The Labour leaders calls were met with anger from the F1 paddock, as they believed the calls were too late. “Politicians in the UK were saying we should withdraw once we’d got here,” Mercedes GP Team Principal Ross Brawn said. “Why didn’t they say something beforehand?”

The McLaren team principal Martin Whitmarsh added: “I don’t think it’s helpful to wake up and hear we shouldn’t be here when we’re already here.”

Some have argued that the race was used by the Bahrain government as a propaganda tool to show the country in a good light around the world, as it aims to create a positive image of the country. This is further backed up by the country endorsing the F1 brand in the race slogan, ‘UniF1ed’.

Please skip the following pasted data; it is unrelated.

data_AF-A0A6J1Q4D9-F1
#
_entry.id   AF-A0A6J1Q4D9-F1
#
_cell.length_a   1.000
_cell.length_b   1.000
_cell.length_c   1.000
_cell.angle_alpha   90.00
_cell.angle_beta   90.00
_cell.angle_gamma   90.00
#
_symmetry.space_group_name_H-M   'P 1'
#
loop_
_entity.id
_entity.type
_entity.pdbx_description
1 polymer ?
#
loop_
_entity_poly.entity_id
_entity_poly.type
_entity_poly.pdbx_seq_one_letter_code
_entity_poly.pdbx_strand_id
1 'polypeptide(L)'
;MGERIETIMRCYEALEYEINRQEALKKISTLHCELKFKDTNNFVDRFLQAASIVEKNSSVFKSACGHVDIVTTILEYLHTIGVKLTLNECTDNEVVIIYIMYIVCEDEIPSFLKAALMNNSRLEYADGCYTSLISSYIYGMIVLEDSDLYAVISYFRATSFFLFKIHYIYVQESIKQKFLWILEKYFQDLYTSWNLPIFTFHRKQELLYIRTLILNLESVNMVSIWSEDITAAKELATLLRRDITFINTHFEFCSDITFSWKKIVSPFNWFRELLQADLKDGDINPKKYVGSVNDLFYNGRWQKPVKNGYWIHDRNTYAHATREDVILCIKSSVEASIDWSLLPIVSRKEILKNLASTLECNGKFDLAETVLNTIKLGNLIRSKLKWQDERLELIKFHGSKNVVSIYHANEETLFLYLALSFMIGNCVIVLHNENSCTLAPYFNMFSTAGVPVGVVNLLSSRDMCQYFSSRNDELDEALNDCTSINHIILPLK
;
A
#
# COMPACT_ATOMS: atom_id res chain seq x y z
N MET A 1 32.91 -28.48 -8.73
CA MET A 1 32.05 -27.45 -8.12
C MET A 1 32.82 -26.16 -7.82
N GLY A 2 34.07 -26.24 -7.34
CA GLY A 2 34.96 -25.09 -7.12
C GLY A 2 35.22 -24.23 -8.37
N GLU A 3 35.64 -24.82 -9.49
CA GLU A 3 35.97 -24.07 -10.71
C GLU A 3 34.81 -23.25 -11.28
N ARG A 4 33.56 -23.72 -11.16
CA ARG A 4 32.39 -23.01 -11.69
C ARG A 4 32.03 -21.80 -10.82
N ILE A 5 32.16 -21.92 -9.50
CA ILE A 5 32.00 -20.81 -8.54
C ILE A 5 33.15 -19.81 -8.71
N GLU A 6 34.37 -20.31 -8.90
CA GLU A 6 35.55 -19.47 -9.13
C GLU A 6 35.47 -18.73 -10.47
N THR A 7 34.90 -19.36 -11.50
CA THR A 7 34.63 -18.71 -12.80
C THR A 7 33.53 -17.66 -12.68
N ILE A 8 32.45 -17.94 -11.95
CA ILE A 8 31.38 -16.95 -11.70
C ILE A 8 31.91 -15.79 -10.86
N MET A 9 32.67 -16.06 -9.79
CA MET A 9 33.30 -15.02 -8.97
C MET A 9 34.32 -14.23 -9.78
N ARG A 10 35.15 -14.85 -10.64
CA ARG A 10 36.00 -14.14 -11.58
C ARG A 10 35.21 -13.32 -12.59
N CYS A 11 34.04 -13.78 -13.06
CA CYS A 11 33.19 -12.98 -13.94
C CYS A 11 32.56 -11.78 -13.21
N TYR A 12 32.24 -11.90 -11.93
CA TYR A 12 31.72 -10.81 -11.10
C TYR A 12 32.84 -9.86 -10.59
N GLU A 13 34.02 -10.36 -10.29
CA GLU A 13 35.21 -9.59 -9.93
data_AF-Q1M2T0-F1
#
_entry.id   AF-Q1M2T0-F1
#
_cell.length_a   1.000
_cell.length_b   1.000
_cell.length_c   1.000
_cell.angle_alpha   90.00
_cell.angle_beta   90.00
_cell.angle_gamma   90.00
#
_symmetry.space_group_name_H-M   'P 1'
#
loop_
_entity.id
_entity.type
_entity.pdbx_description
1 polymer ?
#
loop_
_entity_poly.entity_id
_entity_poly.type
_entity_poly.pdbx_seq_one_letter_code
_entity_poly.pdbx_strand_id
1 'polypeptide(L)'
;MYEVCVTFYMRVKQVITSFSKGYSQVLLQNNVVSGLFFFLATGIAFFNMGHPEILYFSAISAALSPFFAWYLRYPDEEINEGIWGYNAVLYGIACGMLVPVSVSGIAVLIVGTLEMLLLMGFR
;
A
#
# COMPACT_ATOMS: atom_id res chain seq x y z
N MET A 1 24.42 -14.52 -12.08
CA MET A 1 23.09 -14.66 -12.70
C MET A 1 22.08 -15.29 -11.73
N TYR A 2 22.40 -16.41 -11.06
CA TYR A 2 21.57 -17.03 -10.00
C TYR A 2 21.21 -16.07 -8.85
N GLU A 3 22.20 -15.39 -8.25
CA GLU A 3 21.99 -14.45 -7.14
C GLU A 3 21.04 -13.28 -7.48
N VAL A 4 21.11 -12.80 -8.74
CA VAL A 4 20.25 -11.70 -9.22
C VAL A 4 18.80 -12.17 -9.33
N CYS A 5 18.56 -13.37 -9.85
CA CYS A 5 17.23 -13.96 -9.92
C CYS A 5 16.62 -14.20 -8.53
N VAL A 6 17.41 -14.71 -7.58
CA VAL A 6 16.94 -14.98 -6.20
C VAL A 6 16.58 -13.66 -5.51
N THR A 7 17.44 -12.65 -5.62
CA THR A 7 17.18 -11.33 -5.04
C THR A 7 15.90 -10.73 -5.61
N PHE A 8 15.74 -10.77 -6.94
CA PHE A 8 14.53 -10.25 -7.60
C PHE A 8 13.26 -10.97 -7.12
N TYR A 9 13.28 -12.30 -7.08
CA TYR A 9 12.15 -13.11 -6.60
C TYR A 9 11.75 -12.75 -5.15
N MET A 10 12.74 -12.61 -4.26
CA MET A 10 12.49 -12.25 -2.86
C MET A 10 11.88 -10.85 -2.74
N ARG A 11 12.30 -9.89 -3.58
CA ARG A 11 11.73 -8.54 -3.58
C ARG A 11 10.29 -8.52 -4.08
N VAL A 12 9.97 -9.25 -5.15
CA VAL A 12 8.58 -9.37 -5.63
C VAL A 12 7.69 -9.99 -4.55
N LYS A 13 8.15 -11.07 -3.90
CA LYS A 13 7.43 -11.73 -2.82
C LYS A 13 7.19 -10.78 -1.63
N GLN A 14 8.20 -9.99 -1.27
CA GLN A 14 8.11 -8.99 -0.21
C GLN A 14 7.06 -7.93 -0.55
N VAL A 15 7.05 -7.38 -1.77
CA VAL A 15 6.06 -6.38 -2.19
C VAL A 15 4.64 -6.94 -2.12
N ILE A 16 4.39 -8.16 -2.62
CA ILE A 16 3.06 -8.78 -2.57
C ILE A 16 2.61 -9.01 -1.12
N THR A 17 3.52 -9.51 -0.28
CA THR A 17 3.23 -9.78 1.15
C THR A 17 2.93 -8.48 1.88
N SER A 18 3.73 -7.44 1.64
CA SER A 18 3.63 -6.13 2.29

Smoke outside the track during the race

The race did however go off without a hitch.

Pole-sitter Sebastian Vettel went on to win the race after overcoming a challenge for victory with Kimi Raikkonen, fellow Lotus driver Romain Grosjean rounded off the podium with 3rd place. Scottish driver Paul Di Resta had an impressive race to finish in 6th. It was a poor race from the Mclaren duo of Lewis Hamilton and Jenson Button. Hamilton had several poor pit stops and finished the race in a lowly 8th place, whilst Button was forced to retire from the race two laps before the end with a differential failure.

After the race it was announced that a number of Channel 4 journalists are to be deported on Monday after being arrested for entering and working in Bahrain on just a tourist visa.

Record Breaker in Bahrain